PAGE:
WASHINGTON A new look at tests of mental aging reveals a good news-bad news situation. The bad news is all mental abilities appear to decline with age, to varying degrees. The good news is the drops are not as steep as some research showed, according to a study published by the American Psychological Association.
"There is now convincing evidence that even vocabulary knowledge and what's called crystallized intelligence decline at older ages," said study author Timothy Salthouse, PhD.
Longitudinal test scores look good in part because repeat test-takers grow familiar with tests or testing strategies, said the University of Virginia psychologist. Factoring out these "practice effects" showed a truer picture of actual mental aging, according to Salthouse.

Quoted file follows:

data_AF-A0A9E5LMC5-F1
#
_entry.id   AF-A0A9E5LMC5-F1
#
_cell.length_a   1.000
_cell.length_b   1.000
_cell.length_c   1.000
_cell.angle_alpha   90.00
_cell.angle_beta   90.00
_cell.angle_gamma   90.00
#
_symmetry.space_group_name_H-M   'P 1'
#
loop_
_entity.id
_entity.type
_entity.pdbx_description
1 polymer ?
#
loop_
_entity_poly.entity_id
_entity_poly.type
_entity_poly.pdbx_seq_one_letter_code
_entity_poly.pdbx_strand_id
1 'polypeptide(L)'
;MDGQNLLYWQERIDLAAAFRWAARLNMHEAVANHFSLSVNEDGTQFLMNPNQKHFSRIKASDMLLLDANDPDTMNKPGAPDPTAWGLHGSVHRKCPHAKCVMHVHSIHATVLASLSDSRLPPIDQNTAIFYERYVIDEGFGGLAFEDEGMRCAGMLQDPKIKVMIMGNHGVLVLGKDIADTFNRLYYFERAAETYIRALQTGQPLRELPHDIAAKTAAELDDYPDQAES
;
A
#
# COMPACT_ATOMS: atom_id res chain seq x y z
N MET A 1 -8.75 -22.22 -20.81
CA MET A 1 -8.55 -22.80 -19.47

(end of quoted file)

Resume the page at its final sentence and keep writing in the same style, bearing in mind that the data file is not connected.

Still, the declines, although pervasive, are smaller than thought, according to the report in the July issue of Neuropsychology. That finding contradicts data gathered by the other major research approach to aging, cross-sectional studies, which compare the performance of different age groups at the same time.
With both methods subject to bias, "It remains important to recognize the limitations of each type of study design when interpreting results," Salthouse said.
To learn what really happens as people age, Salthouse tackled how different research methods have led to different findings. Cross-sectional studies that compared the abilities of younger and older adults showed big drops in key areas. Longitudinal studies suggested that, until about age 60, abilities are stable or even improve. Which type of study, if either, was right?
To find out, Salthouse analyzed data on five key cognitive abilities from the longitudinal Virginia Cognitive Aging Project. Scores were available for 1,616 adults age 18 to more than 80 on tests of reasoning, spatial visualization, episodic memory, perceptual speed and vocabulary. The data were collected over an aver
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American Psychological Association